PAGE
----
Lyuben Stoychev Karavelov (1834 – 21 January 1879) was a Bulgarian writer and an important figure of the Bulgarian National Revival.
Karavelov was born in Koprivshtitsa. He began his education in a church school, but in 1850 he moved to the school of Nayden Gerov in Plovdiv. He was then sent by his father to study in a Greek school for two years, before transferring to a Bulgarian school, where he also studied Russian literature. He moved to Odrin for an apprenticeship, but he soon came back to Koprivshtitsa and was sent to Constantinople in 1856. There he developed a strong interest in politics and the Crimean War. At the same time, he studied the culture and ethnography of the region.
In 1857, Karavelov enrolled in the Faculty of History and Philology at the University of Moscow, where he fell under the influence of Russian revolutionary democrats, was placed under police surveillance in 1859, and took part in student riots in 1861. With a group of other your Bulgarian student radicals, he published a journal and started writing poetry and long short stories in Bulgarian, scholarly publications in Bulgarian ethnography and journalism in Russian. In 1867 he went to Belgrade as a correspondent for Russian newspapers, started publishing prose and journalism in Serbian, in 1868 was forced to move to Novi Sad, Austria-Hungary, for his contacts with the Serb opposition (led by Svetozar Marković), was arrested and spent time in a Budapest prison for alleged participation in a conspiracy, and in 1869 settled in Bucharest with the intent to start his own newspaper and to cooperate with the newly founded Bulgarian Scholarly Society (the future Bulgarian Academy of Sciences).
At his first newspaper Svoboda (Freedom) in Bucharest (1869–1873), we worked and became friends with poet and revolutionary Hristo Botev who devoted a poem to him. In 1870, Karavelov was elected chairman of the Bulgarian Revolutionary Central Committee, where he worked with Vasil Levski, the leader of the Internal Revolutionary Organization; he shared Levski's ideas of a democratic republic as the goal of the national revolution. Karavelov admired the political systems of Switzerland (which he believed was the model for the ethnically diverse Balkans) and the United States; he praised the American public education system, as well as the emancipated (in his opinion) status of American women.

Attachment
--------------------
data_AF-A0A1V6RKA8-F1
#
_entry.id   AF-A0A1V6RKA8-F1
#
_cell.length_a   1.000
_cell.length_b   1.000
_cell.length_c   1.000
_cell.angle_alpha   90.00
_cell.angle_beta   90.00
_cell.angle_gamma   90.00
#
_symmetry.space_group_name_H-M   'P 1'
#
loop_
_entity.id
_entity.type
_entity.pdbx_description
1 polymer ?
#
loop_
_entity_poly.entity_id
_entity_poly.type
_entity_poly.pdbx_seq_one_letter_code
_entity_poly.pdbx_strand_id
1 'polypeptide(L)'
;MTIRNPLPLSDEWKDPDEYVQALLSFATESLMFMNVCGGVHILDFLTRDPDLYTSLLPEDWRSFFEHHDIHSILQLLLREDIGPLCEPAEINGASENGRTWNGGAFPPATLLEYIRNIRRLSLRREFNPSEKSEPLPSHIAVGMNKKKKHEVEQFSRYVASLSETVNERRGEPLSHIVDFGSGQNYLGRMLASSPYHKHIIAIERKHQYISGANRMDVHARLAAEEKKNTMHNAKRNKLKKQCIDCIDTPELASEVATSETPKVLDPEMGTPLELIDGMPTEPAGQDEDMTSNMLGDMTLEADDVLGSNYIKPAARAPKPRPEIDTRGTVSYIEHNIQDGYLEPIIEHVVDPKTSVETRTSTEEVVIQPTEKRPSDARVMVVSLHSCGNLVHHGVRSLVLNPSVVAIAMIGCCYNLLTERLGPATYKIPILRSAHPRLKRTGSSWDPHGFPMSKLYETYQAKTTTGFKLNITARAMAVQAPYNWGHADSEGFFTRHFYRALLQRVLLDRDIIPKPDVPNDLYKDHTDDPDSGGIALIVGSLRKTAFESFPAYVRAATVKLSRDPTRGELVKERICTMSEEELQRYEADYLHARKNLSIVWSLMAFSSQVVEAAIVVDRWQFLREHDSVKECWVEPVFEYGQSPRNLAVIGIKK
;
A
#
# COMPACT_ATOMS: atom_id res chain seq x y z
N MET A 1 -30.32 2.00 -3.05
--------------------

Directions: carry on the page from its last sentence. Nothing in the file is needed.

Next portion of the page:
Karavelov House, in Koprivshtitsa
In 1873–1874, Karavelov and Botev published a second newspaper, Nezavisimost (Independence). Although the older of the two, Karavelov, was the recognized master, both of them wrote a considerable body of very good professional journalism (sometimes it was hard to know who exactly authored the many unsigned materials), setting high standards for Bulgarian language and literature. Following the capture and execution of Levski in 1873, though, the disheartened Karavelov gradually abandoned his revolutionary zeal, attracting Botev's severe criticism, and started publishing a new Znanie (Knowledge) journal and popular science books.
Karavelov died in 1879, soon after the liberation of Bulgaria, in Rousse.
Karavelov's works include the short novels Old Time Bulgarians (Bulgarian: „Българи от старо време“; Bulgari ot staro vreme, and Mommy's Boy (Bulgarian: „Мамино детенце“; Mamino detentse), considered among the first original Bulgarian novels. His younger brother Petko was a prominent figure in Bulgaria's political life in the late 19th century.